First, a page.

A guide to the geology of one of the most scenic regions of the Central Appalachian Mountains 65 miles west of the Washington D.C. Beltway.
Intended for students, teachers, hikers, motorists and the armchair geologist alike: A guide to a classic area of Appalachian geology in the eastern Valley and Ridge Province. The book combines descriptions of the landscapes, rocks, minerals, fossils, stratigraphy, folds and faults with basic principles of geology.
Useful for enjoying, planning trips, and as a source of information for writing and teaching about the geology of this beautiful region of the Appalachians mainly in the George Washington National Forest.
Written by geologist Bill Melson, geologist emeritus, National Museum of Natural history, Smithsonian Institution, fellow of the Geological Society of America and the American Mineralogical Society, and instructor for geology tours and courses for the Smithsonian Resident Associates and the Potomac Appalachian Trail Club and other organizations
The Mineral Hardness Ruler is a stimulating visual aid, educates in one phase of mineralogy, and provides the standard ruler measurement scales needed in classes.
Rockhounds, mineral enthusiasts, students, teachers, geologists, and any one interested in rocks and minerals will find the Mineral Hardness Ruler a handy visual aid for quick information on mineral hardness.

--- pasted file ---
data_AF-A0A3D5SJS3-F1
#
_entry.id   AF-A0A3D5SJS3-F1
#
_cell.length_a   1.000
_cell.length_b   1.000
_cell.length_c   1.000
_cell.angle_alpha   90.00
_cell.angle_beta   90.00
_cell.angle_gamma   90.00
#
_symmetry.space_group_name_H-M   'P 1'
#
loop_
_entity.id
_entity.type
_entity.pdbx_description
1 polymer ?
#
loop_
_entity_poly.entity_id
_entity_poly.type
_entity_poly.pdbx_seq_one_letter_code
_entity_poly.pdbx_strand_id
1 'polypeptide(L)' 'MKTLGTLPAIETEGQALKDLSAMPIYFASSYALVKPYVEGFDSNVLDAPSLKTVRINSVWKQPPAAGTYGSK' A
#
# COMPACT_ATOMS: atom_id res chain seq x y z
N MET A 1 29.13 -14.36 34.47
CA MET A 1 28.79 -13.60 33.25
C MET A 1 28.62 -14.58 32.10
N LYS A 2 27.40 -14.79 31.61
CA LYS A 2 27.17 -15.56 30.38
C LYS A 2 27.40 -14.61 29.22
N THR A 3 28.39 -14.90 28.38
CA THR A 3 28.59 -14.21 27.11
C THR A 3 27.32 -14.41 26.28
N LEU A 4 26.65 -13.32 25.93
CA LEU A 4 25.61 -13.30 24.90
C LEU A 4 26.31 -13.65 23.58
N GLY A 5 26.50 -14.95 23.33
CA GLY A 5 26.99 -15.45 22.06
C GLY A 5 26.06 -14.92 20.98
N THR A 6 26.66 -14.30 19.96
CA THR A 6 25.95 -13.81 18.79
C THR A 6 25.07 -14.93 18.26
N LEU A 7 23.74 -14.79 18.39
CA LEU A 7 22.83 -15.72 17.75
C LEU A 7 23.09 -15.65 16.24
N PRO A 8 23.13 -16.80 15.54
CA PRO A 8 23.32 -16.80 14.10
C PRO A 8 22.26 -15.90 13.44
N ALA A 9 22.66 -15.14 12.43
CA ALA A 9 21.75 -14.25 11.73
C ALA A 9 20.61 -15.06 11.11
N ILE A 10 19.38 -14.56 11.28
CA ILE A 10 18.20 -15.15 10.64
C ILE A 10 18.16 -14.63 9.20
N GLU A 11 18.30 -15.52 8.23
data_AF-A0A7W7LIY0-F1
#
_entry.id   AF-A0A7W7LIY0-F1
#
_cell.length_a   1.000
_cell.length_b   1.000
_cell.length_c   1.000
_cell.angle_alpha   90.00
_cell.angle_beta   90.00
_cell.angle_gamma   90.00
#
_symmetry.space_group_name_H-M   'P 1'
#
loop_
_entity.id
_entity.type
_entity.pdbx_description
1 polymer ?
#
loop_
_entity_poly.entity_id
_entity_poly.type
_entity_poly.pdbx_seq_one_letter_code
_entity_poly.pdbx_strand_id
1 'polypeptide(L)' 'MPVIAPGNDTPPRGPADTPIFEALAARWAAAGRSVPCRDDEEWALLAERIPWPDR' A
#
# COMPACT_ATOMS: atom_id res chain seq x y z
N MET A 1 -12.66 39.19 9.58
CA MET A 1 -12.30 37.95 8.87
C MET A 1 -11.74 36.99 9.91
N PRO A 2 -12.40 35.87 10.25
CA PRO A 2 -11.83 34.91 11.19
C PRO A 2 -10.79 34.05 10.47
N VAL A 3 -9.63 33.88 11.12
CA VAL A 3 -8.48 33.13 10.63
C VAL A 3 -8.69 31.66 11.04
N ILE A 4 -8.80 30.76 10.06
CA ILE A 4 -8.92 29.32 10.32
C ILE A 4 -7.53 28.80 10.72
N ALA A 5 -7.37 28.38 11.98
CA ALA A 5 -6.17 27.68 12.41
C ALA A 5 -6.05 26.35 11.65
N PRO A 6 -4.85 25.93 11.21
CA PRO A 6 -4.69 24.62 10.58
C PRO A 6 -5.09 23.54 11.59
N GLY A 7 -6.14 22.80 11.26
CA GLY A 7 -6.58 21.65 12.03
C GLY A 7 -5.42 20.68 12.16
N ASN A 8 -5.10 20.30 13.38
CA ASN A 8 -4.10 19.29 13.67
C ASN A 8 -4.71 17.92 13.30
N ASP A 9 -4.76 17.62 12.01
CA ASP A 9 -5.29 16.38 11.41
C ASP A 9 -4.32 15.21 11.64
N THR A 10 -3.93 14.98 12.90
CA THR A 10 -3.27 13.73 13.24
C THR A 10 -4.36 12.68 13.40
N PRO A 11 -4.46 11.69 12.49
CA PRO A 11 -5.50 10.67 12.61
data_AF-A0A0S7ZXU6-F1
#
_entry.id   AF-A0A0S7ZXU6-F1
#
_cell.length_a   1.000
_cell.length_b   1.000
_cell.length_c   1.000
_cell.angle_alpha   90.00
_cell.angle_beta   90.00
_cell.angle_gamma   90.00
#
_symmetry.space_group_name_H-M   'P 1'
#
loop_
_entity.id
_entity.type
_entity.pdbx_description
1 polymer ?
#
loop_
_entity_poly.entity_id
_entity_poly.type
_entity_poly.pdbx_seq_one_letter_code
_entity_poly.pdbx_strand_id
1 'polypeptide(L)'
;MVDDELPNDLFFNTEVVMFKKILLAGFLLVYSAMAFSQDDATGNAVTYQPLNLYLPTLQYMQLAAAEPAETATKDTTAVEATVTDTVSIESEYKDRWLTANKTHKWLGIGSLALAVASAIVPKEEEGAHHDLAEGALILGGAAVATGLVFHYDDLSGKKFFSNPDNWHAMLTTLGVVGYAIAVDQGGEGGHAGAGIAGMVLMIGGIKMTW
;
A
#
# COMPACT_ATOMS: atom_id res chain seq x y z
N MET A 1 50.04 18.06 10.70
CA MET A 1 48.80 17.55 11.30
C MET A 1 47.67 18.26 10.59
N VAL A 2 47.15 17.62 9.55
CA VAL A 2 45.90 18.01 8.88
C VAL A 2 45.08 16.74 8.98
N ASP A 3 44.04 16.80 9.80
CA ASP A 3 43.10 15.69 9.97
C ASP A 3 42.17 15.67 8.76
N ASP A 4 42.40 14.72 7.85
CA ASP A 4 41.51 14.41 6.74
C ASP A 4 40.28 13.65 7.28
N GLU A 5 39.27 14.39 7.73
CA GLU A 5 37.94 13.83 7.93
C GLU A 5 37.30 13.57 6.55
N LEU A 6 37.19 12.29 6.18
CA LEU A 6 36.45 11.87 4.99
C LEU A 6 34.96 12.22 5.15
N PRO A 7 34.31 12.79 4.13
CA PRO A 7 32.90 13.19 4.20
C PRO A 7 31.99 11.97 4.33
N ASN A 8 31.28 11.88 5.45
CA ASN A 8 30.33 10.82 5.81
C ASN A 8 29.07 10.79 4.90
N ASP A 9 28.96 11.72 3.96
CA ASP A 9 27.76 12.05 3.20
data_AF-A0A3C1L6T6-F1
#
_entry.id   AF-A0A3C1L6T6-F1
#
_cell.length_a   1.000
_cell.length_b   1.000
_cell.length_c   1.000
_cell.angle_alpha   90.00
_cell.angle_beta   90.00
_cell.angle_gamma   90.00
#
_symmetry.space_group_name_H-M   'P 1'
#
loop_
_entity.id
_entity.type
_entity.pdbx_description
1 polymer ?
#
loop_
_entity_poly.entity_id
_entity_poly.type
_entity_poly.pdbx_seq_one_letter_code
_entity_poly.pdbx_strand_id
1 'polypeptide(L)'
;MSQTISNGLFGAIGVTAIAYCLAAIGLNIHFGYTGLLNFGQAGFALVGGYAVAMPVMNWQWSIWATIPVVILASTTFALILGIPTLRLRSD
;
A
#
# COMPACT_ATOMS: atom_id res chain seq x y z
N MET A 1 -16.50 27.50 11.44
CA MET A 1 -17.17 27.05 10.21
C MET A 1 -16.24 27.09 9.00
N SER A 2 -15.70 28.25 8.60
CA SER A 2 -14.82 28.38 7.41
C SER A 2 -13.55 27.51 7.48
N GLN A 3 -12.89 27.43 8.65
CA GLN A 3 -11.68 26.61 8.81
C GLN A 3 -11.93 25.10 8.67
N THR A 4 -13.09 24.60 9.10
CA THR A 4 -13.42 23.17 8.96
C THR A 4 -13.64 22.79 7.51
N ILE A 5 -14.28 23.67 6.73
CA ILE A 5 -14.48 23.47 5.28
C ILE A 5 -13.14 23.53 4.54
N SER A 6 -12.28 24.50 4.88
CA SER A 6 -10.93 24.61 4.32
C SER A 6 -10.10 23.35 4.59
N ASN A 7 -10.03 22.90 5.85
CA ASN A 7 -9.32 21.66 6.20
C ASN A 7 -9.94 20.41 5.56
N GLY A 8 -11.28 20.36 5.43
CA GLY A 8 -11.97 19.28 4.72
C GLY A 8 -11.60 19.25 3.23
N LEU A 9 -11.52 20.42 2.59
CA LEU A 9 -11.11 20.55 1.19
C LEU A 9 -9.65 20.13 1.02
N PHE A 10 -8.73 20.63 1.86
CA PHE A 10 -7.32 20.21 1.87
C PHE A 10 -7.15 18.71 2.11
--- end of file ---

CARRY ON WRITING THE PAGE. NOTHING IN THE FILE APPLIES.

The two-sided, flexible, glossy, vinyl ruler consists of five scales: three measurement scales and two mineral hardness scales. The measurement scales are in standard ruler measurements of tenths of inches, sixteenths of inches, and millimeters. Mohs' relative hardness numbers are integrated into the inch scales, while a separate scale exists for an absolute mineral hardness scale by Rosiwal.
On one side of the ruler are pictures of the ten common minerals, in full color, selected by Mohs for his relative hardness scale. On the reverse side of the ruler are six common items with their relative hardnesses. These items, along with known minerals, can be used as a handy field kit to test the relative hardness of an unknown mineral.
Hardness is one property of a mineral that can be used to distinguish among similar minerals. A given mineral can scratch any other mineral of the same or softer hardness. Over a hundred years ago, the German mineralogist Frederick Mohs devised the relative hardness scale that has found favor with mineralogists for over a century. Others, such as Rosiwal, formed absolute hardness scales using the same minerals as Mohs. For example, diamond, the hardest substance in Nature is not twice as hard as apatite, 10 versus 5, but over twenty thousand times as hard, 140,000 versus 6.5.
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